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The effect of HIV-1 resistance mutations after first-line virological failure on the possibility to sequence antiretroviral drugs in second-line regimens.
Antivir Ther. 2006; 11(7):923-9.AT

Abstract

BACKGROUND

One of the more vigorous debates in the field of highly active antiretroviral therapy (HAART) is how to start it and what the optimal drug sequence is.

METHODS

A retrospective cohort analysis was performed. The aim was to evaluate which variables could influence the virological response to second-line genotypic-based HAART in patients with virological documented first-line HAART failure. A positive response was defined as a confirmed HIV RNA level < 50 copies/ml.

RESULTS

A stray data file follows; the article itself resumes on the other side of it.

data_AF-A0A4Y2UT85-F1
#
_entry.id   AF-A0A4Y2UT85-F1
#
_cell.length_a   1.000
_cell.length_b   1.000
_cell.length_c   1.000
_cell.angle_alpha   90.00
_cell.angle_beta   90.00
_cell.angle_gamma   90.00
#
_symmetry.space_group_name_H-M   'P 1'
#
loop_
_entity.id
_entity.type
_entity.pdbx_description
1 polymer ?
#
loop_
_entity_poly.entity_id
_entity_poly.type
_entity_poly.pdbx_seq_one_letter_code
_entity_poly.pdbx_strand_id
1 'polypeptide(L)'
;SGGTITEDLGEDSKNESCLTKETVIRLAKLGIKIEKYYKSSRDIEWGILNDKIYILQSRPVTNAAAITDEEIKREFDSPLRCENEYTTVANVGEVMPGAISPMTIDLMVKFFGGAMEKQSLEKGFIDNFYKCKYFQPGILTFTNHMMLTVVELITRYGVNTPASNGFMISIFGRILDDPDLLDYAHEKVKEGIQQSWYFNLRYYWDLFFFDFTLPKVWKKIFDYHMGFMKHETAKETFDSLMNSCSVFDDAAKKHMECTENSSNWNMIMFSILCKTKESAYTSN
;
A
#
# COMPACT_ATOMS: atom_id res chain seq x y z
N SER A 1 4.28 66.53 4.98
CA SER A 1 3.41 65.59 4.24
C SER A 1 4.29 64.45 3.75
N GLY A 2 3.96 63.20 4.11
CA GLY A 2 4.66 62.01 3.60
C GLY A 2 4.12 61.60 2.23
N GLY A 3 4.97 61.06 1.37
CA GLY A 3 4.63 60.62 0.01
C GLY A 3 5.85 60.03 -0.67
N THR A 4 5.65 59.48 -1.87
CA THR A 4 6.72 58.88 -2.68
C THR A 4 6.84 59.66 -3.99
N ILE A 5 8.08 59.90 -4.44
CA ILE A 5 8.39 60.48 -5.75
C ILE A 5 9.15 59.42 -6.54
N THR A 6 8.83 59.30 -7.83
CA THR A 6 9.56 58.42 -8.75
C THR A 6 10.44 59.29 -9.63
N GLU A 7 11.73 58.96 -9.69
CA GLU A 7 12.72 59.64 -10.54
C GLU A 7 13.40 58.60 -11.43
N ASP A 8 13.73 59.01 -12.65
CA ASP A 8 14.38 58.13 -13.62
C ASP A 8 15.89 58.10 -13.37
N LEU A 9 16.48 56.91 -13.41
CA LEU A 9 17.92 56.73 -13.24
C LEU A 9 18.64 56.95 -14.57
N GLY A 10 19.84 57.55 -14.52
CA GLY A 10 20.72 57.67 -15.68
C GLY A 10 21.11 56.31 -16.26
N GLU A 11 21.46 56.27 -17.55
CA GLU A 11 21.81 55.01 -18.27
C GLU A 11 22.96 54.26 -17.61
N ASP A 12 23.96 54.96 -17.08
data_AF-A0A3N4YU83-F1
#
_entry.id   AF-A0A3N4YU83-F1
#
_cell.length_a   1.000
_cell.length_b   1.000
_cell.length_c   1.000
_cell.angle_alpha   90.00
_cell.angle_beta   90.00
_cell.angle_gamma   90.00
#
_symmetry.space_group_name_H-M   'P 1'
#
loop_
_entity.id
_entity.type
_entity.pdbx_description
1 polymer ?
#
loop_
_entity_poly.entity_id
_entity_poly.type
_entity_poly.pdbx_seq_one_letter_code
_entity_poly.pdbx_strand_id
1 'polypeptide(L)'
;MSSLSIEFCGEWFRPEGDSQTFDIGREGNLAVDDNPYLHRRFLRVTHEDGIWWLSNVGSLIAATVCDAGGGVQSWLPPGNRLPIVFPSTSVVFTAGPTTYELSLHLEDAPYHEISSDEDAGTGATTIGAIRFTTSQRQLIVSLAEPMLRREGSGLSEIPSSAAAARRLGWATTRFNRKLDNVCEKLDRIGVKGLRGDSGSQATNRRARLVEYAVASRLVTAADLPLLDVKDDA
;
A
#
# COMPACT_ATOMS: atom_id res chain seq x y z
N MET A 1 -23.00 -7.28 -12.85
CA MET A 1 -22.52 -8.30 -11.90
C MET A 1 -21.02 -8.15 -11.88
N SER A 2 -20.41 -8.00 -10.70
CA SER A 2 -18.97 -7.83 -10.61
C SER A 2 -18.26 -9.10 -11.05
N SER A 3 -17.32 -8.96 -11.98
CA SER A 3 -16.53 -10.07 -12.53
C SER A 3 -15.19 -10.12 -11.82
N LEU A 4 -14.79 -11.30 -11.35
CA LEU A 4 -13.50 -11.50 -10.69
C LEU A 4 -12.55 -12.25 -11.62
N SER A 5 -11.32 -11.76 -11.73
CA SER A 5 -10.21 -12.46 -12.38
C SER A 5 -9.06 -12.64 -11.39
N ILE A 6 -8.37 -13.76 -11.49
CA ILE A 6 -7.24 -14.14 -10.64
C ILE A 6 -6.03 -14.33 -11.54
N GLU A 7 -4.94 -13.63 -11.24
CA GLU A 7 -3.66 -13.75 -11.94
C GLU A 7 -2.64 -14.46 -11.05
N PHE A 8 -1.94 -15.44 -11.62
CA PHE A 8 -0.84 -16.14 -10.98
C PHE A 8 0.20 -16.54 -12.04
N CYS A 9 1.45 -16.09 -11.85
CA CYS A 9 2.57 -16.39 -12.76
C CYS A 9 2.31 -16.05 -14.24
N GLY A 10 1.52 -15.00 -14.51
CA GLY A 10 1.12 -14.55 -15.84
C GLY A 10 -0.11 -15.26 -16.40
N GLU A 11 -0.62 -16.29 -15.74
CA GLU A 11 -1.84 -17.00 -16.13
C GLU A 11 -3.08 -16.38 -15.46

Two hundred and eight patients were included. Demographic characteristics, risk factors for HIV acquisition, and drugs included in the initial treatment did not significantly influence the considered outcome. According to a multiple logistic model, the presence of thymidine analogue mutations (TAMs) had a negative association with the virological outcome (P = 0.006), whereas the use of a boosted protease inhibitor (PI) in second-line HAART was positively associated with the endpoint (P = 0.001). Patients receiving a genotypic-based second-line HAART containing a boosted PI achieved a viral load < 50 copies/ml in a 74.2% of cases compared with 52.2% of those whose therapy did not contain a boosted PI. This difference was statistically significant (P = 0.002) with an odds ratio (OR) of 2.63 and a 95% confidence interval (CI) ranging from 1.46 to 4.76. This last variable positively influenced the outcome even when the analysis was restricted to patients harbouring a virus presenting TAMs. In this case, second-line HAART was successful in 66.7% of cases with an OR of 3.25 and a 95% CI ranging from 1.28 to 8.25 (P = 0.014).